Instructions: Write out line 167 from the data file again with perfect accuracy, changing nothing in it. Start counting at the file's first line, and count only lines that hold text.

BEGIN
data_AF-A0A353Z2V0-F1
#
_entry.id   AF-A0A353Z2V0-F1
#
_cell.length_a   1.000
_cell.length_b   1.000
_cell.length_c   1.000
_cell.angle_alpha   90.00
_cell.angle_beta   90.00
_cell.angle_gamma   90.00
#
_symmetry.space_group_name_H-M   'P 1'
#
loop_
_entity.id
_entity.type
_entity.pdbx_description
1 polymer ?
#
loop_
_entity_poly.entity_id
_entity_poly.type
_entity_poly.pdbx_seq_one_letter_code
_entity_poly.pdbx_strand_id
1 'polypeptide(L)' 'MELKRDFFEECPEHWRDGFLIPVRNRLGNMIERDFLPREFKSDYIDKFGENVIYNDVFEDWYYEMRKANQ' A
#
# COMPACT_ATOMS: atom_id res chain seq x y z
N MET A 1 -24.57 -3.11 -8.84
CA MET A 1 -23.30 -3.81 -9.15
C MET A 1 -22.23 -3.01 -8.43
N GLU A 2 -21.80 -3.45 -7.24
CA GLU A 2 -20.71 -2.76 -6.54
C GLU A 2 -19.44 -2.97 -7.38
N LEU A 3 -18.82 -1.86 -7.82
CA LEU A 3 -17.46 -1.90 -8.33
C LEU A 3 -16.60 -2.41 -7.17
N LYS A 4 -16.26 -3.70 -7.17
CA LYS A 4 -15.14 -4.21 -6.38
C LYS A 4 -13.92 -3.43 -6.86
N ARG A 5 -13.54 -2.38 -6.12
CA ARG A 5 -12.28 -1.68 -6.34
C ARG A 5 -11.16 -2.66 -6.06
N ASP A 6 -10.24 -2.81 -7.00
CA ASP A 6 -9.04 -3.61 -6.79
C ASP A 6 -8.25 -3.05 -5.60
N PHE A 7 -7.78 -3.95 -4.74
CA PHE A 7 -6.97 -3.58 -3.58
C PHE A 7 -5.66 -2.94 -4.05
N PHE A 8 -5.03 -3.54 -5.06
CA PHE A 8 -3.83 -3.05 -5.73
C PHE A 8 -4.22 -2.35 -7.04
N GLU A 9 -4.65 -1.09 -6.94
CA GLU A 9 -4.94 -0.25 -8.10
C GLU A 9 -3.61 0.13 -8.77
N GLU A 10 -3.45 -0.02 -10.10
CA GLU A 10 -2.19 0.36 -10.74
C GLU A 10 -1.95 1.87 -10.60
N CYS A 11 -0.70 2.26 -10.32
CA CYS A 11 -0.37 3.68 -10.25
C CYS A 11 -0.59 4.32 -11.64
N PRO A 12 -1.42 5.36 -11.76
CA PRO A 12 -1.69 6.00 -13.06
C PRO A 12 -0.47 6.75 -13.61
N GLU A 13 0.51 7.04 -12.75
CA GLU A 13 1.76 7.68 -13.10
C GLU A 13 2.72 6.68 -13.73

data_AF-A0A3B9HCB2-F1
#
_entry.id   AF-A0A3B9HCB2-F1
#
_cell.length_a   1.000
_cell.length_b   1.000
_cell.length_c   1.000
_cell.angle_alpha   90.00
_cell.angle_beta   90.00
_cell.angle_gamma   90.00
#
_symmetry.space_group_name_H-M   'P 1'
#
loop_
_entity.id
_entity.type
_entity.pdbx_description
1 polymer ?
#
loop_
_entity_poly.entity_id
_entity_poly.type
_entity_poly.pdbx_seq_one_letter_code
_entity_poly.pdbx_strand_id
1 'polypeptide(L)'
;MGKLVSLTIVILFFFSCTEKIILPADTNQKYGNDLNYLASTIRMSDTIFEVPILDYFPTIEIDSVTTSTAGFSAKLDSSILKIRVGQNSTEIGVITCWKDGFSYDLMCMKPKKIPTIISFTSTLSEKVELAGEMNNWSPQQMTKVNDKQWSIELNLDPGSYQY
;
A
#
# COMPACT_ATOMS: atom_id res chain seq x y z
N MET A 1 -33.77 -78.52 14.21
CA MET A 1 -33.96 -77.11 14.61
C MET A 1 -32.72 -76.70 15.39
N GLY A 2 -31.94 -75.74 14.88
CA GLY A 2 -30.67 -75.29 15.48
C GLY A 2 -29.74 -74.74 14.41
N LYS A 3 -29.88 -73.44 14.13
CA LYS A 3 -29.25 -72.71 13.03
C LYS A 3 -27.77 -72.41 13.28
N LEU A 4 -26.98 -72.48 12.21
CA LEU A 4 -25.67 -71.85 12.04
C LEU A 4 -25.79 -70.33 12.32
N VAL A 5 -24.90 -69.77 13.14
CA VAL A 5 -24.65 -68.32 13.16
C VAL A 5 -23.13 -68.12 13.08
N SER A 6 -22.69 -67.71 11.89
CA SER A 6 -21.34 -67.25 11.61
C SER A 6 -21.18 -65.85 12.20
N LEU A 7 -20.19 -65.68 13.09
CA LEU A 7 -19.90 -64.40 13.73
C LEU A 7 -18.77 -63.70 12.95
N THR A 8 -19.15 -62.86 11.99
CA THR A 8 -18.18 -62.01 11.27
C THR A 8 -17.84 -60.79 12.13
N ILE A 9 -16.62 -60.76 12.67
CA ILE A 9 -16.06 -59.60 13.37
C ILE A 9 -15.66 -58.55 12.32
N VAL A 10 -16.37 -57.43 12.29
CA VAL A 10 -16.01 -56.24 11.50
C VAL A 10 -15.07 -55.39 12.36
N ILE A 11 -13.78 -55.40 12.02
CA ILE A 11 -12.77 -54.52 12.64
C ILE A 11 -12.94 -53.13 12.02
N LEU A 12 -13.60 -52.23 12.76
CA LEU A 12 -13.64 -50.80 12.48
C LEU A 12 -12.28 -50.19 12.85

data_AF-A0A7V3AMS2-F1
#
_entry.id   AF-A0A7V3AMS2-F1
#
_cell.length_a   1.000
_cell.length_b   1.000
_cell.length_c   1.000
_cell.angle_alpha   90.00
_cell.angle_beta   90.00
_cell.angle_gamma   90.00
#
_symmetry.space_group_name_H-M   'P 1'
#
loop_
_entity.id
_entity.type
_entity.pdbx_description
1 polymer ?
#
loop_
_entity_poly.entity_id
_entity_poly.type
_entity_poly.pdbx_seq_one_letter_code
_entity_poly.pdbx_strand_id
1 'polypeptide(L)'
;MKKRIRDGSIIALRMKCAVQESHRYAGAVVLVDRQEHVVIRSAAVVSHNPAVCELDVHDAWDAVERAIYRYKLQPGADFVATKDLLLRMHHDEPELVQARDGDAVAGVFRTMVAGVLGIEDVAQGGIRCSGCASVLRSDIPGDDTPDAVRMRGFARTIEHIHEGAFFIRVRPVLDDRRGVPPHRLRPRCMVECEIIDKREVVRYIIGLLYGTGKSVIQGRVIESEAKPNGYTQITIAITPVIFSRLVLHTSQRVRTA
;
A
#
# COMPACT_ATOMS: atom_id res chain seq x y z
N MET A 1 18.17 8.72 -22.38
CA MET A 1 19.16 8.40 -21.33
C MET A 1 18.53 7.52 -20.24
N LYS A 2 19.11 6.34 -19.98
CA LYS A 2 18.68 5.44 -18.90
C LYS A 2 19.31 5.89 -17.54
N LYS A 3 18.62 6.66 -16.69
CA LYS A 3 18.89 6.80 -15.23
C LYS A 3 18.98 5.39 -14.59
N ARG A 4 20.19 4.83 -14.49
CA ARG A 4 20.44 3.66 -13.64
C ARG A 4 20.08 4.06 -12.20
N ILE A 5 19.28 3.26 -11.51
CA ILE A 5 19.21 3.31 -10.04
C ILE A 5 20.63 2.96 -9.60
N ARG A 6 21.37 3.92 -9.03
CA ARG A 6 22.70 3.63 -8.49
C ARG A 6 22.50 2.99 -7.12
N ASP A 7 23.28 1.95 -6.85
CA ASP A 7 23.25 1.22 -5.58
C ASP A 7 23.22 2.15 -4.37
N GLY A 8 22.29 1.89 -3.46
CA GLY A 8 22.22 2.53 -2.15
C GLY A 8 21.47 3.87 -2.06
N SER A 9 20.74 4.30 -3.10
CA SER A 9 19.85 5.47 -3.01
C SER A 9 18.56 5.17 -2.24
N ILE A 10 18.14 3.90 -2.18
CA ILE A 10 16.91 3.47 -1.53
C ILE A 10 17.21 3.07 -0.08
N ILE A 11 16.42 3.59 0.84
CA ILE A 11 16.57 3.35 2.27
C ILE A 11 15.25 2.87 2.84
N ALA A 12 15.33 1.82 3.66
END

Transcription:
CA LYS A 2 18.68 5.44 -18.90